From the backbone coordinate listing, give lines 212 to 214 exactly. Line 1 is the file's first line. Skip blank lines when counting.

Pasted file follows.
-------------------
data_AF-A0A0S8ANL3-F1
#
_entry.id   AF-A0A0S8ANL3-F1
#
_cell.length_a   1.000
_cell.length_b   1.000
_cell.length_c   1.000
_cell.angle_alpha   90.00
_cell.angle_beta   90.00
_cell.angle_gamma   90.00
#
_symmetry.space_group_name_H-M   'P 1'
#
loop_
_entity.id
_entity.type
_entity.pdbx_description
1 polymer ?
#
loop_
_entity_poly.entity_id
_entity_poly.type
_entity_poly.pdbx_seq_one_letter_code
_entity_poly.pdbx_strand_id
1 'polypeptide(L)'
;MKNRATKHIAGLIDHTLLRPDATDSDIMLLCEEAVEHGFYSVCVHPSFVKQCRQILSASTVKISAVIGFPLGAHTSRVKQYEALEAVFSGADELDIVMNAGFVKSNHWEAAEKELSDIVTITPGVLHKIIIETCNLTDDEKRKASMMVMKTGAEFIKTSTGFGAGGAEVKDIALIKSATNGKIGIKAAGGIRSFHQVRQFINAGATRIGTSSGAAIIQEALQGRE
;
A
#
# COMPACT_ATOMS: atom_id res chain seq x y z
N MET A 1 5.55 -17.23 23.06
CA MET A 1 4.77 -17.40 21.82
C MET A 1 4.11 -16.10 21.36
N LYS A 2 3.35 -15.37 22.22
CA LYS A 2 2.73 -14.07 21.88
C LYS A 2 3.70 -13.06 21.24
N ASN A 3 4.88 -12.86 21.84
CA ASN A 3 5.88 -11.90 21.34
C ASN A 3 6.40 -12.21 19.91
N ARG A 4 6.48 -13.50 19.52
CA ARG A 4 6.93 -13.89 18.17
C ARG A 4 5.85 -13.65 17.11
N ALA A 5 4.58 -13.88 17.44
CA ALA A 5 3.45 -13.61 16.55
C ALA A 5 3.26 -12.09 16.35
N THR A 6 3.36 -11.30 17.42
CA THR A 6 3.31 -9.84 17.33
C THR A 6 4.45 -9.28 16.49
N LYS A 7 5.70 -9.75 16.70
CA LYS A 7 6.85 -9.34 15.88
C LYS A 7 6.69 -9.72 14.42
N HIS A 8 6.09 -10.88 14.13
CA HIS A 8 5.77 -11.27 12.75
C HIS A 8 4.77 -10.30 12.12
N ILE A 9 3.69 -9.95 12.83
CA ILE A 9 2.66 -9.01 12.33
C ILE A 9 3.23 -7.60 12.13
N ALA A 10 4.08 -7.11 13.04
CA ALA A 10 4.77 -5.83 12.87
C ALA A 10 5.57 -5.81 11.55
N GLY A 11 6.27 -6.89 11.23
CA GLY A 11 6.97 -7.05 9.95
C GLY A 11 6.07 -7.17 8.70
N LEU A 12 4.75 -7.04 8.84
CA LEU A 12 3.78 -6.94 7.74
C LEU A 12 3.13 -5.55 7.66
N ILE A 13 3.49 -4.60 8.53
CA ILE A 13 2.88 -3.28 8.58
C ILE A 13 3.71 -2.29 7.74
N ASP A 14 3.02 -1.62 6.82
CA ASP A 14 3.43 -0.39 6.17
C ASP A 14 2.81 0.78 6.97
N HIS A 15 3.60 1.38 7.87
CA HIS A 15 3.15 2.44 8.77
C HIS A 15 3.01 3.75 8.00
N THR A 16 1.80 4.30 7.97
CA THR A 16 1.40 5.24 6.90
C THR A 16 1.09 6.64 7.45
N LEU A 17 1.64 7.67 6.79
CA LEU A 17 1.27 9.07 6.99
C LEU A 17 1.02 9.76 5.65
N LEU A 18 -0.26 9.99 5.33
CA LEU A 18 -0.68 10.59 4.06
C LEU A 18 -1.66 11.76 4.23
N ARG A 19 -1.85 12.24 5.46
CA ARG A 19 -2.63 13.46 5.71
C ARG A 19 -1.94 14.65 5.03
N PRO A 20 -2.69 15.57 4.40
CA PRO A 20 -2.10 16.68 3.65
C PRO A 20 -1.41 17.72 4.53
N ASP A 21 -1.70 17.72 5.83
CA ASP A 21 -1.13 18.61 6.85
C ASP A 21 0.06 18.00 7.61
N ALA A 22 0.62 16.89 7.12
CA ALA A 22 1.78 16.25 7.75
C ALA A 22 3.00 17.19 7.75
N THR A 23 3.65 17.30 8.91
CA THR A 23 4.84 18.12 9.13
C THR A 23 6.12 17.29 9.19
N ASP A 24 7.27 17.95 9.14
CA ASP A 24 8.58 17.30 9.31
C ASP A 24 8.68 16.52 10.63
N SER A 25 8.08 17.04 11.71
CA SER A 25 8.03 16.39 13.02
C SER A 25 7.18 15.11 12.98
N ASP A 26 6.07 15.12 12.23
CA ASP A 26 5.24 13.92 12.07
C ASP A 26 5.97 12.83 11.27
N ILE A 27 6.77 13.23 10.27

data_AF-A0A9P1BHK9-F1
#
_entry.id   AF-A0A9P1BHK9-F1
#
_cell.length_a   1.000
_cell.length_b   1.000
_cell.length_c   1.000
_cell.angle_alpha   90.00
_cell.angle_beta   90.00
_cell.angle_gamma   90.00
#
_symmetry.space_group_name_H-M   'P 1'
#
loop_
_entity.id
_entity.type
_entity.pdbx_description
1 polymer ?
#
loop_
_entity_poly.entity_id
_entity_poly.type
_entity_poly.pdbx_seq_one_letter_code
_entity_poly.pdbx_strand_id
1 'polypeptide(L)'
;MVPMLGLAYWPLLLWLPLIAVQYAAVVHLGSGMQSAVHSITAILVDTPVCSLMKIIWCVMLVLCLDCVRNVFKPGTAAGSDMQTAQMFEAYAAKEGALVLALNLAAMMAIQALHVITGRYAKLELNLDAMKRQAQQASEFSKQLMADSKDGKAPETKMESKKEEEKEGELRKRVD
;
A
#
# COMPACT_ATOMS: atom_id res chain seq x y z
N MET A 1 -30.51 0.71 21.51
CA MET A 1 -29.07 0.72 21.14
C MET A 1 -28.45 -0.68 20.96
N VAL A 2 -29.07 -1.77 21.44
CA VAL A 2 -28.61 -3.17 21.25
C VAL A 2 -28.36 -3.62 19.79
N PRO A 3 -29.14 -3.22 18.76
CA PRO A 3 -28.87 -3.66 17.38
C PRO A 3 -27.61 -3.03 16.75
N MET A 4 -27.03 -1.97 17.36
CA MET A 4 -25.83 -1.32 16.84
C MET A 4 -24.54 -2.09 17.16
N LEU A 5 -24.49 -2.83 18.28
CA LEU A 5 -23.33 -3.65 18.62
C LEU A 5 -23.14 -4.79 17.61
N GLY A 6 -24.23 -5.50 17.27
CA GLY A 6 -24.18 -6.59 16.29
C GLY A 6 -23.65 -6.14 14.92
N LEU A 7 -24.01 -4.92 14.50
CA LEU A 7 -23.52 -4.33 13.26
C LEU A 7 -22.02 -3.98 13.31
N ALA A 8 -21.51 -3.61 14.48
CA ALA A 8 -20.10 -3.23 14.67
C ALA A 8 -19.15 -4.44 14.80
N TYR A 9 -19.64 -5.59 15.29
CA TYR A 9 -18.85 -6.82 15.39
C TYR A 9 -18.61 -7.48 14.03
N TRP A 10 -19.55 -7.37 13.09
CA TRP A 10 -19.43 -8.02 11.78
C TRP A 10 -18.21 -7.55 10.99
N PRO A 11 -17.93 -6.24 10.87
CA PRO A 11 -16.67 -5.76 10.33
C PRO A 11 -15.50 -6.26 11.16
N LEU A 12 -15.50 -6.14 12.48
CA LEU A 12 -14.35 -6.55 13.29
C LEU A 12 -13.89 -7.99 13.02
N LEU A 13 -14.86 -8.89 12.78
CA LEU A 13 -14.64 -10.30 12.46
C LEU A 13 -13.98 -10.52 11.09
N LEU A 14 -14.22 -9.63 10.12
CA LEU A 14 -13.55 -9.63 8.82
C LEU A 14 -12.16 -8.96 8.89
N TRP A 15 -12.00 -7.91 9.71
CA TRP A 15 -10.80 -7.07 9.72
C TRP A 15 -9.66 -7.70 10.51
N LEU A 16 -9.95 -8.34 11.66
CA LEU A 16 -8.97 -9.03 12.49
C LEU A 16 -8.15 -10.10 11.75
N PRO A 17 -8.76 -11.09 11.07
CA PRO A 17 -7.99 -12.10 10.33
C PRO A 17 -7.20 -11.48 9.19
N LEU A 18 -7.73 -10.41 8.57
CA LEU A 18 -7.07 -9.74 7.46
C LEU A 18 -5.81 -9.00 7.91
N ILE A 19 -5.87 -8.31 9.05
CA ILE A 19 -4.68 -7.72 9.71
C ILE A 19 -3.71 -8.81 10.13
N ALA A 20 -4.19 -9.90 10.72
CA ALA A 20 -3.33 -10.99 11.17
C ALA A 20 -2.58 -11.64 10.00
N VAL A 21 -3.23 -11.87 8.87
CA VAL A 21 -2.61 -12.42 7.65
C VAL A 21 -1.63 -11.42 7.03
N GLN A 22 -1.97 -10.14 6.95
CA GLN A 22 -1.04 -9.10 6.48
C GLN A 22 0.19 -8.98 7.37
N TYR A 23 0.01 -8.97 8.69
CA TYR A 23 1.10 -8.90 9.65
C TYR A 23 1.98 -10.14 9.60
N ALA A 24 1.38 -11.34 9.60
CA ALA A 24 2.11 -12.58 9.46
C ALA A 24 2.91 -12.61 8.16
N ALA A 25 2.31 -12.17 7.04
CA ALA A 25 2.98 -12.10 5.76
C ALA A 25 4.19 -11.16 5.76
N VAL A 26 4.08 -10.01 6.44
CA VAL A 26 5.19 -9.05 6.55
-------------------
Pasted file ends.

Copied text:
N ALA A 25 2.31 -12.17 7.04
CA ALA A 25 2.98 -12.10 5.76
C ALA A 25 4.19 -11.16 5.76